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Environ Res. 2014 Aug;133:220-31. doi: 10.1016/j.envres.2014.05.030. Epub 2014 Jun 24.

Soil quality in the Lomellina area using in vitro models and ecotoxicological assays.

Author information

1
Laboratory of Environmental Chemistry and Toxicology, IRCCS-Istituto di Ricerche Farmacologiche Mario Negri, Via Giuseppe La Masa 19, 20156 Milan, Italy. Electronic address: diego.baderna@marionegri.it.
2
Laboratory of Environmental Chemistry and Toxicology, IRCCS-Istituto di Ricerche Farmacologiche Mario Negri, Via Giuseppe La Masa 19, 20156 Milan, Italy.
3
Department of Molecular Biochemistry and Pharmacology, IRCCS-Istituto di Ricerche Farmacologiche Mario Negri, Via Giuseppe La Masa 19, 20156 Milan, Italy.

Abstract

Soil quality is traditionally evaluated by chemical characterization to determine levels of pollutants. Biological tools are now employed for soil monitoring since they can take account of the global biological effects induced by all xenobiotics. A combined monitoring of soils based on chemical analyses, human-related in vitro models and ecotoxicological assay was applied in the Lomellina, a semirural area of northern Italy. Chemical characterization indicated overall good quality of the soils, with low levels of toxic and carcinogenic pollutants such as heavy metals, PAHs, PCDD/Fs and PCBs. HepG2 cells were used as a model for the human liver and BALB/c 3T3 cells to evaluate carcinogenic potential. Cells were treated with soil extractable organic matter (EOM) and the MTS assay, DNA release and morphological transformation were selected as endpoints for toxicity and carcinogenicity. Soil EOMs induced dose-dependent inhibition of cell growth at low doses and cytotoxicity only at doses of 500 and 1000 mg soil equivalents/ml. Potential issues for human health can be hypothesized after ingestion of soil samples from some sites. No statistically significant inductions of foci were recorded after exposure to EOMs, indicating that the levels of the soil-extracted organic pollutants were too low to induce carcinogenesis in our experimental conditions. An acute phytotoxicity test and studies on Caenorhabditis elegans were used as ecotoxicological assays for plants and small invertebrates. No significant alerts for ecotoxicity were found. In this proposed case study, HepG2 cells detected differences in the toxicity of soil EOMs, indicating that this cell line could be appropriate to assess the potential harm caused by the ingestion of contaminated soil. Additional information on the carcinogenic potential of mixtures was provided by the cell transformation assay, strengthening the combined approach.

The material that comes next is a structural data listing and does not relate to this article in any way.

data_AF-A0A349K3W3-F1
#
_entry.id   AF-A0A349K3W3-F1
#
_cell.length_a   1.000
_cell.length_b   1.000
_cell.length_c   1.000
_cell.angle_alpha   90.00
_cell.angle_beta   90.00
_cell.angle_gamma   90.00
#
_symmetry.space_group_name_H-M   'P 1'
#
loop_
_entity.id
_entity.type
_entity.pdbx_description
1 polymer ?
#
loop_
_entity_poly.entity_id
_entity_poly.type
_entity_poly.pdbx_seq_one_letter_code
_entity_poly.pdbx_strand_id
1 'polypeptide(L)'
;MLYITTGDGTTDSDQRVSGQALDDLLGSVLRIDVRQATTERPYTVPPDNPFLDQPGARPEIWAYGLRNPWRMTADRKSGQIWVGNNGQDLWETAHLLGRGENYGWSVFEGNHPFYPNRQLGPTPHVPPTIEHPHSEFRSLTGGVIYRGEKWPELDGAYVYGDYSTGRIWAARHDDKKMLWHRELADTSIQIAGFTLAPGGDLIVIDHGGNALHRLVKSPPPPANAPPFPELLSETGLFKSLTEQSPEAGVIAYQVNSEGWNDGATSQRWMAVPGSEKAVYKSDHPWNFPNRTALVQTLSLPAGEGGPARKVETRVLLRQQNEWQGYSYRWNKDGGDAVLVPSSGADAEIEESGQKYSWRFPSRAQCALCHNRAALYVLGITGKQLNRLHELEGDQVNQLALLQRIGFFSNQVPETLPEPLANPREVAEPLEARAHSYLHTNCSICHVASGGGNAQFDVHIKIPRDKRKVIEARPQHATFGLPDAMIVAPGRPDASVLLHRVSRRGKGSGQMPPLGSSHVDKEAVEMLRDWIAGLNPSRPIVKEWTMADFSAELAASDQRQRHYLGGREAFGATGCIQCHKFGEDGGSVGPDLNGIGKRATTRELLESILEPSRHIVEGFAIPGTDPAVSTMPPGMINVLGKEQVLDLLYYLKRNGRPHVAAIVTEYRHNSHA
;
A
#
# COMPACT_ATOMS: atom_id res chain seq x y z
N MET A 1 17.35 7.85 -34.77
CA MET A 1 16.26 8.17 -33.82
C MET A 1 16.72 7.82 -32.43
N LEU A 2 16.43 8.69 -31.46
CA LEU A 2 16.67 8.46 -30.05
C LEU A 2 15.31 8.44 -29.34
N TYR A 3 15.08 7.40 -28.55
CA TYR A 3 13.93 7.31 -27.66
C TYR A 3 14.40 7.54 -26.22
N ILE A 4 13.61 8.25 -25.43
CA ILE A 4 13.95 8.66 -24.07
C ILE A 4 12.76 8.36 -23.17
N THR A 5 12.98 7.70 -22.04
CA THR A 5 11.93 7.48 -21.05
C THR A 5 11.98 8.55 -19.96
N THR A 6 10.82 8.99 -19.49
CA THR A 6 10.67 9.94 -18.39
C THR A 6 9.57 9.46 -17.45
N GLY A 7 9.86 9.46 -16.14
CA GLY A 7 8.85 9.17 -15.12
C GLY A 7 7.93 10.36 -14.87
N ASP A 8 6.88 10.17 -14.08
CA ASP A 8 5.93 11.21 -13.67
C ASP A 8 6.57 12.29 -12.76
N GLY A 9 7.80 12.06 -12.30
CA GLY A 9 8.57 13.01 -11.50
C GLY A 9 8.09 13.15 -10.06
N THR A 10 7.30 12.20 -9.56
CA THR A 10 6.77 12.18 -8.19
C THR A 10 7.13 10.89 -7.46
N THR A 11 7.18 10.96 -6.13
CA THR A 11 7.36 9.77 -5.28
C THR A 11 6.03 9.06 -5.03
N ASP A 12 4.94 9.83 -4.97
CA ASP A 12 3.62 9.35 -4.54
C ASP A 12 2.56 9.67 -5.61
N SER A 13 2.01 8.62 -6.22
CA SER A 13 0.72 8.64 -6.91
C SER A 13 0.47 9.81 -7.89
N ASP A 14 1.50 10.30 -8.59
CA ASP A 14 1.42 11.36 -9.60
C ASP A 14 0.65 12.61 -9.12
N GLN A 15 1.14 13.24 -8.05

KEYWORDS:

Caenorhabditis elegans; Cell transformation assay; HepG2; Lomellina; Phytotest; Soil pollutants

PMID:
24968084
DOI:
10.1016/j.envres.2014.05.030
[Indexed for MEDLINE]

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